Thousands back petition for Met Police chief Cressida Dick to resign after cops storm Sarah Everard vigil

Thousands back petition for Met Police chief Cressida Dick to resign after cops storm Sarah Everard vigil

THOUSANDS of angry Brits have backed a petition calling for Met Police chief Cressida Dick to resign.

Nearly 8,000 have signed the petition after a vigil for Sarah Everard ended in police dragging people away from a candle-lit shrine, where hundreds had gathered to pay their respects.



The Change.org page reads: “After various comments and news articles over the last few weeks, it has become apparent that Cressida Dick is not capable of seeing the full truth of why the countries crime rate is skyrocketing.

“But she is constantly shifting blame onto people or groups that have no cause or involvement in said crimes. 

“Blaming social media, saying they won’t investigate rape claims if they ‘don’t’ believe the victim and towing the government line has led to thousands of people questioning her integrity and capability on social media and in the MSM alike.

“I therefore start this petition to call for her resignation and instate a police chief that is more capable and up to the task.”

Met chief Dame Cressida Dick already faced calls to quit over police’s handling of the vigil on Saturday, but has said she will stay put.

Dame Cressida, 60 — the Met’s first woman commissioner — said what happened to Sarah “appals me”, but added that it made her “more determined, not less” to continue leading the London force.

She said that “all the women and men of the Met are outraged at what has happened and they’re working as hard as they can to get justice for Sarah”.



Cops trying to enforce Covid restrictions were filmed grabbing several women from a bandstand area where megaphones were being used to address hundreds of people.

The vigil — intended to raise awareness of female safety in the wake of marketing executive Sarah’s murder — descended into chaos.

With bitter irony, shocking images from cameraphones showed burly male officers handcuffing and dragging women away. Four women were arrested for public order and coronavirus regulation breaches.

Footage showed one woman being shoved in the back by two officers after being lifted from her knees.

The woman, who had not yet been identified, was shoved again as she tried to bend down while telling officers she was trying to retrieve her glasses.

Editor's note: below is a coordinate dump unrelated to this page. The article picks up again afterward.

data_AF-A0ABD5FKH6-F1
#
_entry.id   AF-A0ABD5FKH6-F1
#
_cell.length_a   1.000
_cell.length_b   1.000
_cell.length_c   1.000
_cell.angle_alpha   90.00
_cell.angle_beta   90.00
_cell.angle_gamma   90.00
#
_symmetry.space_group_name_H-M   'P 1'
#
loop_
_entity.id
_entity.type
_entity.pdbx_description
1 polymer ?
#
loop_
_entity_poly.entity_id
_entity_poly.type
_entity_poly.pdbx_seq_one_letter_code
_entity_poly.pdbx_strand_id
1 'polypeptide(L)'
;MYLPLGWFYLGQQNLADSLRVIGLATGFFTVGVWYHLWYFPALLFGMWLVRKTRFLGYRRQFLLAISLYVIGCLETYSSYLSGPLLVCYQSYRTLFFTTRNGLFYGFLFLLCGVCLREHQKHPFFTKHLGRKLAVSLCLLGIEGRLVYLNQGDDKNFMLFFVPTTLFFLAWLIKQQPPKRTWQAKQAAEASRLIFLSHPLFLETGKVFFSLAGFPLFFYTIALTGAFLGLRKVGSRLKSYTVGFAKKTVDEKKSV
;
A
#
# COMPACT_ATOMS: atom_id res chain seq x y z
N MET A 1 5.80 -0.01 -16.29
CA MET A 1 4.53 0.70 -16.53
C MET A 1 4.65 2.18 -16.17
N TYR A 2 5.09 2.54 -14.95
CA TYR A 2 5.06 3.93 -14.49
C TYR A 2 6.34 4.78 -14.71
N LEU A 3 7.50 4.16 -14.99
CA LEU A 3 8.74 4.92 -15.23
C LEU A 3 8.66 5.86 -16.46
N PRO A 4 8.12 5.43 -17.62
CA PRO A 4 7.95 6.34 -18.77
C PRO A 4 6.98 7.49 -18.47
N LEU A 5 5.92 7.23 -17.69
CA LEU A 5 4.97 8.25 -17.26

Home Office Minister Victoria Atkins said the scenes were “very upsetting”.

She said Dame Cressida would have to “explain” a shocking photo showing male cops wrestling peaceful, petite young women to the ground at the vigil.

Liberal Democrat leader Sir Ed Davey had called on Dame Cressida to resign, while Women’s Equality Party co-founder Catherine Mayer said the commissioner’s position was “untenable”.



Yesterday demonstrators chanted “shame on you” as cops stood guard at New Scotland Yard, before moving to Westminster.

The crowd clapped when an announcer said everyone was there to remember Sarah and a minute of silence was held, during which the protesters lay on the ground.

The Met last night said there had been no arrests at the Westminster protest and the event appeared to end peacefully.

Boris Johnson said he was “deeply concerned” about Saturday’s scenes as he vowed to make Britain’s streets safe for all women.

The PM said Sarah’s death must unite the nation in the battle to “drive out violence against women and girls”.

He will today gather senior ministers, police and the Crown Prosecution Service to discuss how to protect women and ensure that streets are safe.

Reclaim These Streets said it had originally received a positive response from the Met Police and Lambeth Council over holding a vigil.

However, police bosses later changed their position saying the event would be unlawful and that the organisers would face a £10,000 fine under new coronavirus laws.

Sarah's death has prompted an outpouring of grief from the public, with many women and girls sharing stories online of experiencing violence by men.

The vigils were designed to show that women should feel safe no matter the time of day.

Source: Read Full Article